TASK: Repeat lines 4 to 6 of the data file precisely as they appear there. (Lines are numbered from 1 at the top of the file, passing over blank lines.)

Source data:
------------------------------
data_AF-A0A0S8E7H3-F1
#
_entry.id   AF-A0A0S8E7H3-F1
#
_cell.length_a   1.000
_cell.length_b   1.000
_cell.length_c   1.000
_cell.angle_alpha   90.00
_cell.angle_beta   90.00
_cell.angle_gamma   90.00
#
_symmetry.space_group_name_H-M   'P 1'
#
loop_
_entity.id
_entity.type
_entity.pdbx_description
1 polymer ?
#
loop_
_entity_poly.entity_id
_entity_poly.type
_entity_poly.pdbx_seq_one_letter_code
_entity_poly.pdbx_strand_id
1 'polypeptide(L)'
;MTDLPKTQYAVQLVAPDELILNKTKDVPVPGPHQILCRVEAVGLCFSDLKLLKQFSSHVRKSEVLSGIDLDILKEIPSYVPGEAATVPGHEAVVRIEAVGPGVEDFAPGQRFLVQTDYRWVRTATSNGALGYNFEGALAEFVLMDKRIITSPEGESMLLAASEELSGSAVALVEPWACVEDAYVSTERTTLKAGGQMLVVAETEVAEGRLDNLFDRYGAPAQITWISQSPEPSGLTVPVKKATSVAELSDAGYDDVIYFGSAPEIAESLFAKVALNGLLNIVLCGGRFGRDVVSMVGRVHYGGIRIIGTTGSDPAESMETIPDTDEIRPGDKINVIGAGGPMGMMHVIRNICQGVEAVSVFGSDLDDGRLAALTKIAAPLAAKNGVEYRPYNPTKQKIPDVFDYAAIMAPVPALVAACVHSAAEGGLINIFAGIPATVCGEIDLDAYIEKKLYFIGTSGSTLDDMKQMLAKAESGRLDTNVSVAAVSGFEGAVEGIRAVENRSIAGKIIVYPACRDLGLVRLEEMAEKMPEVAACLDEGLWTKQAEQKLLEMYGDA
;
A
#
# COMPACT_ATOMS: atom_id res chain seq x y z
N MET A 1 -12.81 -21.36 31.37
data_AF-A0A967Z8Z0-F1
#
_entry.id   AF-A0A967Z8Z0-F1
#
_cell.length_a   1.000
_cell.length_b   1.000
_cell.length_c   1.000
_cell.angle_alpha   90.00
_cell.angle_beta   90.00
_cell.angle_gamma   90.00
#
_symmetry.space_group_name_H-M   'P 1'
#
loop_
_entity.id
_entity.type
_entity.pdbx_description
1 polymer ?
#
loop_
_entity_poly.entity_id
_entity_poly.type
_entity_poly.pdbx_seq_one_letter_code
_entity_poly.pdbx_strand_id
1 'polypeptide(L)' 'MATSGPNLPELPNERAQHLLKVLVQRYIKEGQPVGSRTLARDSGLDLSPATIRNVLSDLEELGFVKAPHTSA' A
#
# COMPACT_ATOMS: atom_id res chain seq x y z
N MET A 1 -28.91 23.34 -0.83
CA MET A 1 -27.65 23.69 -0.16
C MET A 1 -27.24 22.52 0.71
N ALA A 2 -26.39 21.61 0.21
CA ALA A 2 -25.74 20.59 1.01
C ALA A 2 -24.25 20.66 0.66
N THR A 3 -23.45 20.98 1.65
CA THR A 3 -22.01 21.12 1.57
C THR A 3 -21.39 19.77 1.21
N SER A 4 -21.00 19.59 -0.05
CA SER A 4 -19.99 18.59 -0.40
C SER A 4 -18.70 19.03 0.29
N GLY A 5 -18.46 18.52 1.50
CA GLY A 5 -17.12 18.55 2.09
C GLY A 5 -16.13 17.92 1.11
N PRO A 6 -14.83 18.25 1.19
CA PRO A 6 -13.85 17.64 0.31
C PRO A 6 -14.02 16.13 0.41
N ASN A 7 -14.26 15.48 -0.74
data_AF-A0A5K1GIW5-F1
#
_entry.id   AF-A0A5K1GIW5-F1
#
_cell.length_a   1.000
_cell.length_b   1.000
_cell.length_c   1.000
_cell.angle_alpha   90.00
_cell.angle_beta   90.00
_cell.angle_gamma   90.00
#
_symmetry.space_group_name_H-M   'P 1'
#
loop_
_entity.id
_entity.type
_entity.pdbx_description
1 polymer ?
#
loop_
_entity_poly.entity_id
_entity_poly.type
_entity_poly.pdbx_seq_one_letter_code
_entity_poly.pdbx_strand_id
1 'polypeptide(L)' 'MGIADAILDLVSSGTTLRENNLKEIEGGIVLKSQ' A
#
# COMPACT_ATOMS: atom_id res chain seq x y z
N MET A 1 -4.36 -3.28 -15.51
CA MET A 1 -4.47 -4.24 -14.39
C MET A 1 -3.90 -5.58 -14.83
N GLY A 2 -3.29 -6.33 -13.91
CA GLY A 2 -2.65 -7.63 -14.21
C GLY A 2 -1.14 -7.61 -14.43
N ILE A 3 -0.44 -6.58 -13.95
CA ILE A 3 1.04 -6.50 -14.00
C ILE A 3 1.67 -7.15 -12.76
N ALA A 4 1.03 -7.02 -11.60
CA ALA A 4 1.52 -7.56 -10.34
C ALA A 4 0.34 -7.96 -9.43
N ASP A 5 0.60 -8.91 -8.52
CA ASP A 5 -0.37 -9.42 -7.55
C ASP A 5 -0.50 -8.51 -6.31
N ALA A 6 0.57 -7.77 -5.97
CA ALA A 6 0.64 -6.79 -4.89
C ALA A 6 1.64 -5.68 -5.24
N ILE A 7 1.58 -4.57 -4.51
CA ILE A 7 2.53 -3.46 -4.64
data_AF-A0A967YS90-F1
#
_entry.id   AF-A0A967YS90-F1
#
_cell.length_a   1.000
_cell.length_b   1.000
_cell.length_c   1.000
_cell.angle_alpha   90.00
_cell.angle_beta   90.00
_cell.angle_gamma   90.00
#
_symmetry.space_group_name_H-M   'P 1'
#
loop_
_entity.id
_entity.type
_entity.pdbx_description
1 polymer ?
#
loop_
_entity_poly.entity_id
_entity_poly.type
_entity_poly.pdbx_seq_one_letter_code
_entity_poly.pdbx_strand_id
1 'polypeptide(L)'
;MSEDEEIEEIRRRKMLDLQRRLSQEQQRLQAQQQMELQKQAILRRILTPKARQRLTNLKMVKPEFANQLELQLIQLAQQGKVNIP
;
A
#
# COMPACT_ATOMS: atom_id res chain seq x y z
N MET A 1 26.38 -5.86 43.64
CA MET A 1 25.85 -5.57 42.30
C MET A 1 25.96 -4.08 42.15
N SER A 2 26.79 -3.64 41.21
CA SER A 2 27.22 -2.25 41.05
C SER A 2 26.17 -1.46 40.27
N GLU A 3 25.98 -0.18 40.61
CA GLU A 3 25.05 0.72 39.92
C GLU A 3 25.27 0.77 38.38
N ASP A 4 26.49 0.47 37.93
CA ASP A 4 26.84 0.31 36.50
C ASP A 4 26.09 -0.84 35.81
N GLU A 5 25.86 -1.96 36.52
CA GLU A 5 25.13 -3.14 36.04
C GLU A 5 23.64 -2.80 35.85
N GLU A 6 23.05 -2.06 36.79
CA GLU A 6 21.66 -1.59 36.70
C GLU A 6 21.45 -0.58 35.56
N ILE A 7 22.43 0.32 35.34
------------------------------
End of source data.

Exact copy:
#
_cell.length_a   1.000
_cell.length_b   1.000